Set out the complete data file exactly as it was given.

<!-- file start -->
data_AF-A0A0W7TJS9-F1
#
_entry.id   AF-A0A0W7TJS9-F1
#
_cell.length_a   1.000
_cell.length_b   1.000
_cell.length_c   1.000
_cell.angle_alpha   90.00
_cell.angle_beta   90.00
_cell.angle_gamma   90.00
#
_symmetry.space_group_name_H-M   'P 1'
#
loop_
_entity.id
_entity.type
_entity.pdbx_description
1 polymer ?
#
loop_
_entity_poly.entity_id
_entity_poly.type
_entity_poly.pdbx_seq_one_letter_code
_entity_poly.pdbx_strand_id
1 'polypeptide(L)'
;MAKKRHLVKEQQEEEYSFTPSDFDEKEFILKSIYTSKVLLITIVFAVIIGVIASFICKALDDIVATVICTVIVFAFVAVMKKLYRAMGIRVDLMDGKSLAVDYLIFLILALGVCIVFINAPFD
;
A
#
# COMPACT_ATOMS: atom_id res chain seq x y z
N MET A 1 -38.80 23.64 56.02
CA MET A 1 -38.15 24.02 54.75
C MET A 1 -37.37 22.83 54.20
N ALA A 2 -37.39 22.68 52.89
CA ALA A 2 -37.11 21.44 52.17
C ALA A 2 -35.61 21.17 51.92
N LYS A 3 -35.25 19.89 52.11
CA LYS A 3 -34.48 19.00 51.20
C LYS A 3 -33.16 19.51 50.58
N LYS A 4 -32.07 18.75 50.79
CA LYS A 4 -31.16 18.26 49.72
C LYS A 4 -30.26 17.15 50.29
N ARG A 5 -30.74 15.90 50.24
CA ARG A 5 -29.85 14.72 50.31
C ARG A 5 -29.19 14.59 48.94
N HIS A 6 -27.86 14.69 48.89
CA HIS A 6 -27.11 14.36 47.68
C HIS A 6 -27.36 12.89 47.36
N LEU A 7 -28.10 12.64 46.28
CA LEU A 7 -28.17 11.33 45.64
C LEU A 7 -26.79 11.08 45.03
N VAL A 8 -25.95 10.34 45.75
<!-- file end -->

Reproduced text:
data_AF-A0A0W7TJS9-F1
#
_entry.id   AF-A0A0W7TJS9-F1
#
_cell.length_a   1.000
_cell.length_b   1.000
_cell.length_c   1.000
_cell.angle_alpha   90.00
_cell.angle_beta   90.00
_cell.angle_gamma   90.00
#
_symmetry.space_group_name_H-M   'P 1'
#
loop_
_entity.id
_entity.type
_entity.pdbx_description
1 polymer ?
#
loop_
_entity_poly.entity_id
_entity_poly.type
_entity_poly.pdbx_seq_one_letter_code
_entity_poly.pdbx_strand_id
1 'polypeptide(L)'
;MAKKRHLVKEQQEEEYSFTPSDFDEKEFILKSIYTSKVLLITIVFAVIIGVIASFICKALDDIVATVICTVIVFAFVAVMKKLYRAMGIRVDLMDGKSLAVDYLIFLILALGVCIVFINAPFD
;
A
#
# COMPACT_ATOMS: atom_id res chain seq x y z
N MET A 1 -38.80 23.64 56.02
CA MET A 1 -38.15 24.02 54.75
C MET A 1 -37.37 22.83 54.20
N ALA A 2 -37.39 22.68 52.89
CA ALA A 2 -37.11 21.44 52.17
C ALA A 2 -35.61 21.17 51.92
N LYS A 3 -35.25 19.89 52.11
CA LYS A 3 -34.48 19.00 51.20
C LYS A 3 -33.16 19.51 50.58
N LYS A 4 -32.07 18.75 50.79
CA LYS A 4 -31.16 18.26 49.72
C LYS A 4 -30.26 17.15 50.29
N ARG A 5 -30.74 15.90 50.24
CA ARG A 5 -29.85 14.72 50.31
C ARG A 5 -29.19 14.59 48.94
N HIS A 6 -27.86 14.69 48.89
CA HIS A 6 -27.11 14.36 47.68
C HIS A 6 -27.36 12.89 47.36
N LEU A 7 -28.10 12.64 46.28
CA LEU A 7 -28.17 11.33 45.64
C LEU A 7 -26.79 11.08 45.03
N VAL A 8 -25.95 10.34 45.75